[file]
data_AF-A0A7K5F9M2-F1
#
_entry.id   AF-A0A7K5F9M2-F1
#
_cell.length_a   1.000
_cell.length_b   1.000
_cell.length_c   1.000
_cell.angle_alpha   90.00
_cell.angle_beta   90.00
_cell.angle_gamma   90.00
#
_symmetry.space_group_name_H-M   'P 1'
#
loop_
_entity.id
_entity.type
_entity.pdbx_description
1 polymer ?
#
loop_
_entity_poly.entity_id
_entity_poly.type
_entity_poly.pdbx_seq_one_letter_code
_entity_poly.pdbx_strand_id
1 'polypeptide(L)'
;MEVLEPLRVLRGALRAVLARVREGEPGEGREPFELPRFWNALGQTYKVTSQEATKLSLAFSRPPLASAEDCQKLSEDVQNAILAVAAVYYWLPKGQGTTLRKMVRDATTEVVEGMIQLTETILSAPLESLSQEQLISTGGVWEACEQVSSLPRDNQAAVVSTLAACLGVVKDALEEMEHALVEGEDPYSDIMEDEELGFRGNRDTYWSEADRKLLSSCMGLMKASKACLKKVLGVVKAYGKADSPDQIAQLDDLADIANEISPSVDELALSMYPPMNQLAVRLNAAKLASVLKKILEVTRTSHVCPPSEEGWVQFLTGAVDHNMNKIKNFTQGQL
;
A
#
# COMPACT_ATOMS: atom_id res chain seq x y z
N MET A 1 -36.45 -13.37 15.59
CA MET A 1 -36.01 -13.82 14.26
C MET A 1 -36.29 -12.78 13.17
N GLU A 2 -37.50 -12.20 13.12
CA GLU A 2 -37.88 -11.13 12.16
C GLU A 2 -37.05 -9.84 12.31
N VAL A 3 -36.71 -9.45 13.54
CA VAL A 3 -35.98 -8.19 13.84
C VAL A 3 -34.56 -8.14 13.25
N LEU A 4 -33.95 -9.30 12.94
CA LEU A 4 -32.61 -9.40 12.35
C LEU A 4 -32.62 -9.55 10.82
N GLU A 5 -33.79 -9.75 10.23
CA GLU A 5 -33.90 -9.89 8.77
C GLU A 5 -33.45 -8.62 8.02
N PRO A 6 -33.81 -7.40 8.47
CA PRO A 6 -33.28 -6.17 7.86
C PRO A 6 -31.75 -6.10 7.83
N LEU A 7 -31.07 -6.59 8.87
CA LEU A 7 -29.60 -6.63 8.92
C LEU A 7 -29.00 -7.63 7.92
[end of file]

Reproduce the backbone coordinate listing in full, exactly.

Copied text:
data_AF-A0A7K5F9M2-F1
#
_entry.id   AF-A0A7K5F9M2-F1
#
_cell.length_a   1.000
_cell.length_b   1.000
_cell.length_c   1.000
_cell.angle_alpha   90.00
_cell.angle_beta   90.00
_cell.angle_gamma   90.00
#
_symmetry.space_group_name_H-M   'P 1'
#
loop_
_entity.id
_entity.type
_entity.pdbx_description
1 polymer ?
#
loop_
_entity_poly.entity_id
_entity_poly.type
_entity_poly.pdbx_seq_one_letter_code
_entity_poly.pdbx_strand_id
1 'polypeptide(L)'
;MEVLEPLRVLRGALRAVLARVREGEPGEGREPFELPRFWNALGQTYKVTSQEATKLSLAFSRPPLASAEDCQKLSEDVQNAILAVAAVYYWLPKGQGTTLRKMVRDATTEVVEGMIQLTETILSAPLESLSQEQLISTGGVWEACEQVSSLPRDNQAAVVSTLAACLGVVKDALEEMEHALVEGEDPYSDIMEDEELGFRGNRDTYWSEADRKLLSSCMGLMKASKACLKKVLGVVKAYGKADSPDQIAQLDDLADIANEISPSVDELALSMYPPMNQLAVRLNAAKLASVLKKILEVTRTSHVCPPSEEGWVQFLTGAVDHNMNKIKNFTQGQL
;
A
#
# COMPACT_ATOMS: atom_id res chain seq x y z
N MET A 1 -36.45 -13.37 15.59
CA MET A 1 -36.01 -13.82 14.26
C MET A 1 -36.29 -12.78 13.17
N GLU A 2 -37.50 -12.20 13.12
CA GLU A 2 -37.88 -11.13 12.16
C GLU A 2 -37.05 -9.84 12.31
N VAL A 3 -36.71 -9.45 13.54
CA VAL A 3 -35.98 -8.19 13.84
C VAL A 3 -34.56 -8.14 13.25
N LEU A 4 -33.95 -9.30 12.94
CA LEU A 4 -32.61 -9.40 12.35
C LEU A 4 -32.62 -9.55 10.82
N GLU A 5 -33.79 -9.75 10.23
CA GLU A 5 -33.90 -9.89 8.77
C GLU A 5 -33.45 -8.62 8.02
N PRO A 6 -33.81 -7.40 8.47
CA PRO A 6 -33.28 -6.17 7.86
C PRO A 6 -31.75 -6.10 7.83
N LEU A 7 -31.07 -6.59 8.87
CA LEU A 7 -29.60 -6.63 8.92
C LEU A 7 -29.00 -7.63 7.92